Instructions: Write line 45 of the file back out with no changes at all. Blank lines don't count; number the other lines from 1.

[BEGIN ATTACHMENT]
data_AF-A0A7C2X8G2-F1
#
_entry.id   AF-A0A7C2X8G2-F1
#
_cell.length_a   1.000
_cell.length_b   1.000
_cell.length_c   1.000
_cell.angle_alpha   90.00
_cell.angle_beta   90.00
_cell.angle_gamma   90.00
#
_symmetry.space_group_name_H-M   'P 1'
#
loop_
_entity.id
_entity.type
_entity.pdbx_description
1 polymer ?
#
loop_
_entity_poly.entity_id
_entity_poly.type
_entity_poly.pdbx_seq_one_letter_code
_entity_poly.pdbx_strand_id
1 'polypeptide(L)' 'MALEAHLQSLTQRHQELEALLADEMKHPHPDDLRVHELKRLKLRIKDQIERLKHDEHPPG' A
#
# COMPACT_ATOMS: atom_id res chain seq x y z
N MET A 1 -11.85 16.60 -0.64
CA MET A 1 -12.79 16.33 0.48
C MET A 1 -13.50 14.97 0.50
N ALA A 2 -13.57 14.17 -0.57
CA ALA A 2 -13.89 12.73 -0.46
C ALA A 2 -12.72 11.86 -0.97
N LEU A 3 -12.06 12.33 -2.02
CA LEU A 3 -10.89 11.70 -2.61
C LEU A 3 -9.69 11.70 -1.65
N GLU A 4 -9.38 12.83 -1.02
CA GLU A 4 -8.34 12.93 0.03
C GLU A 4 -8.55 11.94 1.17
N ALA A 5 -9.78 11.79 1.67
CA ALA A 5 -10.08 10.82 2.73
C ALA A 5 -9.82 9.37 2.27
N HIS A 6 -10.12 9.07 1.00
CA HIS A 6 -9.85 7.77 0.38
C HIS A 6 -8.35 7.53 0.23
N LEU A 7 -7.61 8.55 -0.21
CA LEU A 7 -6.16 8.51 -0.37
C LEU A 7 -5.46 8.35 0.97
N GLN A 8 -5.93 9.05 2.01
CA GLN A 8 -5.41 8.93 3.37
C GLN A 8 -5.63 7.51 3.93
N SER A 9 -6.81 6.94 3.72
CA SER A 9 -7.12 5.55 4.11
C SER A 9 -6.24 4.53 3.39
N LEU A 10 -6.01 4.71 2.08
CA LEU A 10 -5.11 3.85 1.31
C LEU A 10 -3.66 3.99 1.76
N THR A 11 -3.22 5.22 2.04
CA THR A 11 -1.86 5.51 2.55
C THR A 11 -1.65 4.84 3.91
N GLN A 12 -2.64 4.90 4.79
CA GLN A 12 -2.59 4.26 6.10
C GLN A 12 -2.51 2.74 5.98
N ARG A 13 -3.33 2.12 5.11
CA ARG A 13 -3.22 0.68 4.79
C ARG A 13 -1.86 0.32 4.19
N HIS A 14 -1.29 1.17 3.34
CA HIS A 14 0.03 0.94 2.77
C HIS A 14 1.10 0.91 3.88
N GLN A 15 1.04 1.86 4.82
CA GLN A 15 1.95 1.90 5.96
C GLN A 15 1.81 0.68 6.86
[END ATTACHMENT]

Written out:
C HIS A 6 -8.35 7.53 0.23